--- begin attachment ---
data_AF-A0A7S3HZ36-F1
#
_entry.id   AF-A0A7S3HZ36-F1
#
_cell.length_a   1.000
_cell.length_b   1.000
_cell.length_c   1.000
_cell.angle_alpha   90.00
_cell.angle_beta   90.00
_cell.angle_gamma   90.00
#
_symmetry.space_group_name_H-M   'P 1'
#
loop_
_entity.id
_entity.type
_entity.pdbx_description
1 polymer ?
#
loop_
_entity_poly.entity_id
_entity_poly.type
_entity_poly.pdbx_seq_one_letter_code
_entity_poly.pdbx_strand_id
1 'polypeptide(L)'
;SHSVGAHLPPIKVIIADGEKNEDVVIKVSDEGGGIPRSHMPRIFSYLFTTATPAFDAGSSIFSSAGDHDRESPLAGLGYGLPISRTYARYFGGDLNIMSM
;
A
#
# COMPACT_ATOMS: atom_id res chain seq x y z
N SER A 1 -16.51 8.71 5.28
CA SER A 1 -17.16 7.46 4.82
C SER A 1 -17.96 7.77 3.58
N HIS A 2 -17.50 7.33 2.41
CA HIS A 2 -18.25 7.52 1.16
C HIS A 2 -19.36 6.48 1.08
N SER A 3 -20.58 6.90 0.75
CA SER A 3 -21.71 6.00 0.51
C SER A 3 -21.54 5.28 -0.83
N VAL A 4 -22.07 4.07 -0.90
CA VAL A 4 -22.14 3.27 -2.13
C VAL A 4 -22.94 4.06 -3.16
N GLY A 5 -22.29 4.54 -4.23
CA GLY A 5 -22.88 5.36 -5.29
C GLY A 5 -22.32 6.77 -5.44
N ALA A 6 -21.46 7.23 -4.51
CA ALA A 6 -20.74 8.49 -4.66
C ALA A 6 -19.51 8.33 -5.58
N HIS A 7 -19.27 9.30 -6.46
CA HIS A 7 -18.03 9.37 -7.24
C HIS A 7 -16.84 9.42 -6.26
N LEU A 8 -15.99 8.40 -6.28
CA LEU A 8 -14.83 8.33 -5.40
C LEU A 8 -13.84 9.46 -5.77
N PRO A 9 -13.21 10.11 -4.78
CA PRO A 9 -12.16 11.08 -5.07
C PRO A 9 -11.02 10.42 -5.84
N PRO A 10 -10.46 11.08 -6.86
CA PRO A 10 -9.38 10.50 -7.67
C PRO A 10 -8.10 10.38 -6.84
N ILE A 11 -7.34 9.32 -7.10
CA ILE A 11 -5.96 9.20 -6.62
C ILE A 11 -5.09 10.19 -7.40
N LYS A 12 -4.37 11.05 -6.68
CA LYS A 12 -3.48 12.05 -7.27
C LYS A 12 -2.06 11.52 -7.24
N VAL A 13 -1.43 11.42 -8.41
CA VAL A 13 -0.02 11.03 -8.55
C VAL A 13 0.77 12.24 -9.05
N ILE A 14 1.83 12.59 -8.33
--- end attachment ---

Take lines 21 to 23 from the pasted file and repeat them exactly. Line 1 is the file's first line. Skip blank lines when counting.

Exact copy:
_entity_poly.entity_id
_entity_poly.type
_entity_poly.pdbx_seq_one_letter_code